Market Trading For A Living: The Process

Market trading for a living is an intensive process that starts early in the morning and goes well into the rest of the day, with the actual trading action only taking up 10 percent of the work involved. Here we take a look at the main things a trader needs to be aware of.

Typical Progress

Learning how to live off market trading typically goes through three stages with most people. There is the first phase of complete blundering ignorance. Most people fall out at this stage because they don’t come in with enough resources, and they lose what they have too quickly. No perfect, winning formula exists no matter how many technical averages are followed.

Stage two is the realization that despite all the best technical information, sometimes trades go well and sometimes they don’t. Understanding the reality that there is no market investment state of perfection is critical, because they the trader learns that loss will occur and the real trick is to have enough persistence and smarts to outlast it.

Eventually, a trader gets to the third stage where the importance of cash flow comes to the forefront. Having sufficient cash flow allows one to live, to trade, and to be able to take advantage of opportunities when they do occur. This is where good traders thrive. They don’t shove all their money into the market and hope that it all goes well in time to sell. They move in and out, keeping cash available for needs while having resources to buy when good entry points occur.

Figuring Out the Basics

The concept of market trading isn’t hard at all. You pick a stock and buy a certain amount by executing an order. Most people who have invested already know this process. Making a consistent return and profit is another matter. And a consistent gain is what’s needed to “live” off the market rather than lose to it. Ideally, the goal is to consistently perform so that one’s trading hits a reliable percentage of gain for the year annually. There will be bigger wins and losses in between, but the average produces a reliable gain which one can live on.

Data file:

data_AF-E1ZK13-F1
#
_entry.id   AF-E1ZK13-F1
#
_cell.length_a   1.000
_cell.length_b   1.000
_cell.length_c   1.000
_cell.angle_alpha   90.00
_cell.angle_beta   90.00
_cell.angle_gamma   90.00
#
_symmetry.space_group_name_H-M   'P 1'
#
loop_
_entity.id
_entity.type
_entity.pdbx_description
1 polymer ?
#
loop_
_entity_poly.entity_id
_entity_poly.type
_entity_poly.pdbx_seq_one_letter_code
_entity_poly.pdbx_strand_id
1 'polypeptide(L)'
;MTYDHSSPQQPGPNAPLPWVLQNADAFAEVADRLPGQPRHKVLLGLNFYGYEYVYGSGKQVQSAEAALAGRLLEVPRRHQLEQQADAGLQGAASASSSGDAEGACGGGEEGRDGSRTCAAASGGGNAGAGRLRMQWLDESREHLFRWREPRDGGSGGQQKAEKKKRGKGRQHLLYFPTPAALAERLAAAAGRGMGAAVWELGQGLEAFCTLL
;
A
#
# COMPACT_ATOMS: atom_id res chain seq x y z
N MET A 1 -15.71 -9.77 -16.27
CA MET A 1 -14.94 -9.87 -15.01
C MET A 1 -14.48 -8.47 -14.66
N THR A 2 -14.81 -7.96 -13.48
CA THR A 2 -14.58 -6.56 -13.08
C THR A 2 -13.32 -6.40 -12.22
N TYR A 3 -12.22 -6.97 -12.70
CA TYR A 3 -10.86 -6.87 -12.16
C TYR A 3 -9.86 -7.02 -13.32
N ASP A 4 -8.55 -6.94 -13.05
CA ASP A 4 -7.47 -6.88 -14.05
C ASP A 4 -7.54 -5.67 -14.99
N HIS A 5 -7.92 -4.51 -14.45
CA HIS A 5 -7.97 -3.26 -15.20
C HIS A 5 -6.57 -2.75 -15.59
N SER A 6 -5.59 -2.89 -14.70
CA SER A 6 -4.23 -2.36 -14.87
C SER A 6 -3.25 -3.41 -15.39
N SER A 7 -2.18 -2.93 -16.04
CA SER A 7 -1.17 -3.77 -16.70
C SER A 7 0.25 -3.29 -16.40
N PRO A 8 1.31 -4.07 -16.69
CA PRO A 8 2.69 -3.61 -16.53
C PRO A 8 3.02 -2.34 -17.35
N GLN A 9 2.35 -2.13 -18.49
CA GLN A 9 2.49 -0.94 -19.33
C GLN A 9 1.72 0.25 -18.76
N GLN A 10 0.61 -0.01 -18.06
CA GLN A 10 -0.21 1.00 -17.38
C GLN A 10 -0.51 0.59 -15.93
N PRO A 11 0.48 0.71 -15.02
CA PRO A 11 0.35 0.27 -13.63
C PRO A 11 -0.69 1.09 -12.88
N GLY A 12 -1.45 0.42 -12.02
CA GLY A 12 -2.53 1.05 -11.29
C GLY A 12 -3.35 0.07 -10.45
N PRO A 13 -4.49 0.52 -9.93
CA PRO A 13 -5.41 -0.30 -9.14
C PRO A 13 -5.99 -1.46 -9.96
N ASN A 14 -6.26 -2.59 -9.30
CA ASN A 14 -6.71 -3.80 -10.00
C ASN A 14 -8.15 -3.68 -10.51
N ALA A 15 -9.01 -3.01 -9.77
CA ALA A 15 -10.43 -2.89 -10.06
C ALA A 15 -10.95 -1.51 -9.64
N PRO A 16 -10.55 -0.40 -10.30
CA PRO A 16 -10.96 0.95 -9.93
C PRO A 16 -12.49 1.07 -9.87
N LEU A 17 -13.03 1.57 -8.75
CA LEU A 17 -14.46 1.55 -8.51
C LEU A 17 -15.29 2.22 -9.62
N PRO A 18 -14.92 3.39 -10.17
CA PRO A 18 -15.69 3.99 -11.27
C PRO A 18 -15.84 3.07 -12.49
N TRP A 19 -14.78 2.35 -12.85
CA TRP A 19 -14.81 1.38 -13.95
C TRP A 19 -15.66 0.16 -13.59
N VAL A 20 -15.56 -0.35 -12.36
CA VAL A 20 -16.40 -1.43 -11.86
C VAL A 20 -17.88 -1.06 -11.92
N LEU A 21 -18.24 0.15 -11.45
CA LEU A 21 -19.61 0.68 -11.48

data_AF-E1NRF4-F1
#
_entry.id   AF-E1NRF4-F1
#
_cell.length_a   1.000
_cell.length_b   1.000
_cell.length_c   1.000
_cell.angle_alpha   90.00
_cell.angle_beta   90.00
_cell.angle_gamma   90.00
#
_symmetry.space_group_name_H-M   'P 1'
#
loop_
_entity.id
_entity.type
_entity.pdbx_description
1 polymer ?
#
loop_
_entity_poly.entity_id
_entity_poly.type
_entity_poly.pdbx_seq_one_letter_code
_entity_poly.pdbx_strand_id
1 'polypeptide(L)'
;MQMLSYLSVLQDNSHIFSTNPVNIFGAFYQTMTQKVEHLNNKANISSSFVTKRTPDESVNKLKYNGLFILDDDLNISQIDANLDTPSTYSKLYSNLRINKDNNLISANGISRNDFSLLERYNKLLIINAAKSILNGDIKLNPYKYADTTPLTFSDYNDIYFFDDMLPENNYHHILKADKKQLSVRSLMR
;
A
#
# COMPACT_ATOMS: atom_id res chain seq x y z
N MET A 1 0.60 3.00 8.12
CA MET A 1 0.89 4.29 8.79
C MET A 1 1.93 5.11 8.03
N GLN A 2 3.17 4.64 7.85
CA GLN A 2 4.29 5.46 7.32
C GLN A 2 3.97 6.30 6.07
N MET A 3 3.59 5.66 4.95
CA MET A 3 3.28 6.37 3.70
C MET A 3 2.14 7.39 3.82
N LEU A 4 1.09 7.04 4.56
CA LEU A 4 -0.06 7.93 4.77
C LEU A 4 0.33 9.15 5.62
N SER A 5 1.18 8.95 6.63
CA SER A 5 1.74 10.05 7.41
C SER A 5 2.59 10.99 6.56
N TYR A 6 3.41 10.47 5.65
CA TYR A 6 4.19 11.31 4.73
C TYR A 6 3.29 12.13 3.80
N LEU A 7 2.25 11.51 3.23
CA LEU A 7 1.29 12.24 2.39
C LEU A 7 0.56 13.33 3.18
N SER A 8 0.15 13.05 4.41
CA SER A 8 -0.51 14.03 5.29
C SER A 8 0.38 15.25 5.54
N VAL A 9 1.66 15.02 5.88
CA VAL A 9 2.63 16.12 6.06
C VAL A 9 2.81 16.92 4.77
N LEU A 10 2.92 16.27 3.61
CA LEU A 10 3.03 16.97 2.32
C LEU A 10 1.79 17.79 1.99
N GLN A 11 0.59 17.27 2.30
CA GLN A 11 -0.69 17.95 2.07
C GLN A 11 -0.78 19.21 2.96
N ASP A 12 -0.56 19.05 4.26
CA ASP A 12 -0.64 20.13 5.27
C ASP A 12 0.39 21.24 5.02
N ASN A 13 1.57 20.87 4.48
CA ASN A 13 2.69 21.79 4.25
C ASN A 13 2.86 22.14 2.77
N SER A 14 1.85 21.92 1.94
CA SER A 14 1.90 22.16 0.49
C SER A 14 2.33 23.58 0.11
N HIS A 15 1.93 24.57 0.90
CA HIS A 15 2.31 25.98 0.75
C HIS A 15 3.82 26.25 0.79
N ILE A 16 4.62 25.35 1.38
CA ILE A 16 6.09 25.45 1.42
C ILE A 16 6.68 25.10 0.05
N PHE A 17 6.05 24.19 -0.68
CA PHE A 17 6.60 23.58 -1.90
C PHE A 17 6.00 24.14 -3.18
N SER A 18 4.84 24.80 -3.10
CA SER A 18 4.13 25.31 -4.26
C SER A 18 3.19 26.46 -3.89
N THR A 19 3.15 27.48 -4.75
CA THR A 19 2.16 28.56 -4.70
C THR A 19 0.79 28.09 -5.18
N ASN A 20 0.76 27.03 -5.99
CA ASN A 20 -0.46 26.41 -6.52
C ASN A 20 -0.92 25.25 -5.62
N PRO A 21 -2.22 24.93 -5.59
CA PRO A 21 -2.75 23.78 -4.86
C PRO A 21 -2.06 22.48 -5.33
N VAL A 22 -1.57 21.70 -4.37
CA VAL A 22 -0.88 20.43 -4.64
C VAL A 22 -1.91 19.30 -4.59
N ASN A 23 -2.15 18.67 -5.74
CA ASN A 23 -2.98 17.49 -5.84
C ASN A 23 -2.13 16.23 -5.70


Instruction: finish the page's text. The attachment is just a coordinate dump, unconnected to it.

That said, while 5 percent may seem like a conservative number to aim for, the resources involved are what matter more. A person will not be able to live off of 5 percent of $100,000. He could live modestly on 5 percent of $1 million. So starting out with the right size pot is the first pre-requisite for trading for a living.

Once the resources and appropriate psychology is in place, the trader then needs a game plan and system. This is what provides the trader the “edge” needed to perform consistently. It does not involve wearing a St. Christopher’s medallion or looking for the next Google IPO. It does involve a whole lot of work and research.

The System

Everyone’s system will be different but what matters is having a good ruleset and following it religiously. This ruleset limits losses by forcing sales when parameters are met. It also forces sales to avoid getting greedy and getting slaughtered by holding on too long. In this regard, the chances of earning a consistent gain become more probable since outlier risk is eliminated.

Developing such a ruleset takes training to understand the market environment and possibilities. It takes time testing as well which should be done with real money. Psuedo-testing doesn’t stick in the head as a lesson like a good old-fashioned loss. When a system is developed, a trader needs follow it, only making tweaks outside of the market when enough time has passed to see whether an approach is working or not.

Finally, traders need to keep good records, both for tax reporting and to see what doesn’t work. Hard data is the best information to have, so traders have to accept working spreadsheets after transaction is just a necessary evil and part of the job.


Life traders still need to perform all the basic research as any other investor, understanding the companies or assets invested in before trading. However, unlike a sideline investment, life trading involves commitment to a process. You are your own mutual fund manager with your portfolio. The system and following it make the difference.

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Pete Southern

About Pete Southern

Pete is an active investor with knowledge of all sectors but his first love are IPO's. A failed day trader who now understands research. A love of economics and writing seen Pete begin to publish content for various finance blogs. Our main editor and collator of contributions, he is your point of contact via editorial at

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